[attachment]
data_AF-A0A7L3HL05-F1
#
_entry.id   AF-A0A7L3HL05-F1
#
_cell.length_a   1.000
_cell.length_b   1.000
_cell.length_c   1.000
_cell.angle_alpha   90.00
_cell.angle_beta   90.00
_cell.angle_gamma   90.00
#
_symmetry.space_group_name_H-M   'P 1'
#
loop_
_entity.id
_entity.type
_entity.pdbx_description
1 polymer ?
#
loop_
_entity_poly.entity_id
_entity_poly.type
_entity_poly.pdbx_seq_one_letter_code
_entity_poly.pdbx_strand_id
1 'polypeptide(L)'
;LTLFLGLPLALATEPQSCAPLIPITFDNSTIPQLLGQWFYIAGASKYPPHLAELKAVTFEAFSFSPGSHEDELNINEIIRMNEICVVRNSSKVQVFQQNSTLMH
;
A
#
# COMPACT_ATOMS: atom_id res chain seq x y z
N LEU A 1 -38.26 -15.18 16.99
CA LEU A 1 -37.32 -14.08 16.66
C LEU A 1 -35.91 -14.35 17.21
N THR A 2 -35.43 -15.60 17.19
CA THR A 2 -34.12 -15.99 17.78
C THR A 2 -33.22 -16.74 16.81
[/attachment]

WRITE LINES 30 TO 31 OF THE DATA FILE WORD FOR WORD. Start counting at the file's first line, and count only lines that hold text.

# COMPACT_ATOMS: atom_id res chain seq x y z
N LEU A 1 -38.26 -15.18 16.99